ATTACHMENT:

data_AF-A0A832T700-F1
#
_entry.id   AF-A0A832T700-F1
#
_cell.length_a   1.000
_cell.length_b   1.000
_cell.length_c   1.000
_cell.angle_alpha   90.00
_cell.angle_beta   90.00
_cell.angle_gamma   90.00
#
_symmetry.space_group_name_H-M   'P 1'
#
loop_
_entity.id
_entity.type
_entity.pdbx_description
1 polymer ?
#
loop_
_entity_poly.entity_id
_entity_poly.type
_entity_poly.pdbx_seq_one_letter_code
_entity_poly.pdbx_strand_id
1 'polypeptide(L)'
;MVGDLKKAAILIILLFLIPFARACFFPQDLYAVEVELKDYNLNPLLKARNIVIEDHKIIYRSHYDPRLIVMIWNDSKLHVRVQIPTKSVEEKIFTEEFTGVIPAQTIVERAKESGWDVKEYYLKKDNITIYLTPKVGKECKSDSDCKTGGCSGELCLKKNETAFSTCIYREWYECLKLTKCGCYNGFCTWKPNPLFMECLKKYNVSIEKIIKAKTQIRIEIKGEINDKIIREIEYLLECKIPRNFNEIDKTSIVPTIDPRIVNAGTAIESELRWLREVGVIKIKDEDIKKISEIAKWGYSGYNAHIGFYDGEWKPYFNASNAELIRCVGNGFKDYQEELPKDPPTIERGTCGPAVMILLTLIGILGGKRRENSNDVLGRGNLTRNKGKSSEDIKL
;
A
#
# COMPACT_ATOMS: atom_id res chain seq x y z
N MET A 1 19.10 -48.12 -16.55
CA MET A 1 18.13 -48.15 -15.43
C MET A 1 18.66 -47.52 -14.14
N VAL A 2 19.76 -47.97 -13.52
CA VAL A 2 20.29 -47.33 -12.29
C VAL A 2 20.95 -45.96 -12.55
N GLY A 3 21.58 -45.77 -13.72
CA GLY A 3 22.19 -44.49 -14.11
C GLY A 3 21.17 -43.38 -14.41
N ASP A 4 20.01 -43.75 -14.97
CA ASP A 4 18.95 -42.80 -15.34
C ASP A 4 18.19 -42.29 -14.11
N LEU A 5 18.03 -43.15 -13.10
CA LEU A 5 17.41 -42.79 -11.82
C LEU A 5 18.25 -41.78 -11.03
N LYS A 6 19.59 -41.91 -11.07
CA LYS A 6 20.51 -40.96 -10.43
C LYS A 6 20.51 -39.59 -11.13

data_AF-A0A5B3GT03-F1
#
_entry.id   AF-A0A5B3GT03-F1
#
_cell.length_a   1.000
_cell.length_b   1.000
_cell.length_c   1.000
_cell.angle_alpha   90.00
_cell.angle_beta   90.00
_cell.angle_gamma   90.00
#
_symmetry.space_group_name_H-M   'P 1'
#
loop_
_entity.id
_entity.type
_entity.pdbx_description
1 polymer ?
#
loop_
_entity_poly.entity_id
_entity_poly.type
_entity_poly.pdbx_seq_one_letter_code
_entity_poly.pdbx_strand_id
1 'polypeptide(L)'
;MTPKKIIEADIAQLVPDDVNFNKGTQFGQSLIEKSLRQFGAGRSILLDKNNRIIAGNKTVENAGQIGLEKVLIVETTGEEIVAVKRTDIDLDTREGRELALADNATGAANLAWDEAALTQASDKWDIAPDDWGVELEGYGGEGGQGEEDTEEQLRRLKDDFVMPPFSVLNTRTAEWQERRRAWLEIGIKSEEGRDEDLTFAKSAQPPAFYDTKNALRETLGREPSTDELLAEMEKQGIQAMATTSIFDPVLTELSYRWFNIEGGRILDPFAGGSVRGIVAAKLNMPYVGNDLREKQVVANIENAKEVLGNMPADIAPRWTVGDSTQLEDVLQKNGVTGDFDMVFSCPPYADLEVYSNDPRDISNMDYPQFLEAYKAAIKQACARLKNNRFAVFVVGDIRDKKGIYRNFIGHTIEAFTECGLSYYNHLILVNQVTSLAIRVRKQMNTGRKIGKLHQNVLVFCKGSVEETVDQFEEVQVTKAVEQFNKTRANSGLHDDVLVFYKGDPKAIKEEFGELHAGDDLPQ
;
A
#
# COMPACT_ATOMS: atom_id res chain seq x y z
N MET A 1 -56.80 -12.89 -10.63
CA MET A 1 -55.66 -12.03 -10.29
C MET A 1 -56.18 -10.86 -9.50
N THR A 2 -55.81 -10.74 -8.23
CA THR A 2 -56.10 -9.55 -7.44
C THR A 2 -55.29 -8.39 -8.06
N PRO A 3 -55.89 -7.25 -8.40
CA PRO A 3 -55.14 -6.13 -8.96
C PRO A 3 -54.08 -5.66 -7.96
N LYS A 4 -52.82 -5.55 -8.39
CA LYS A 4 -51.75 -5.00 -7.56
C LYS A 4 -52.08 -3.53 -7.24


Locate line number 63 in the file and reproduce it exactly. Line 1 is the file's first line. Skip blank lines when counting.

_entity.id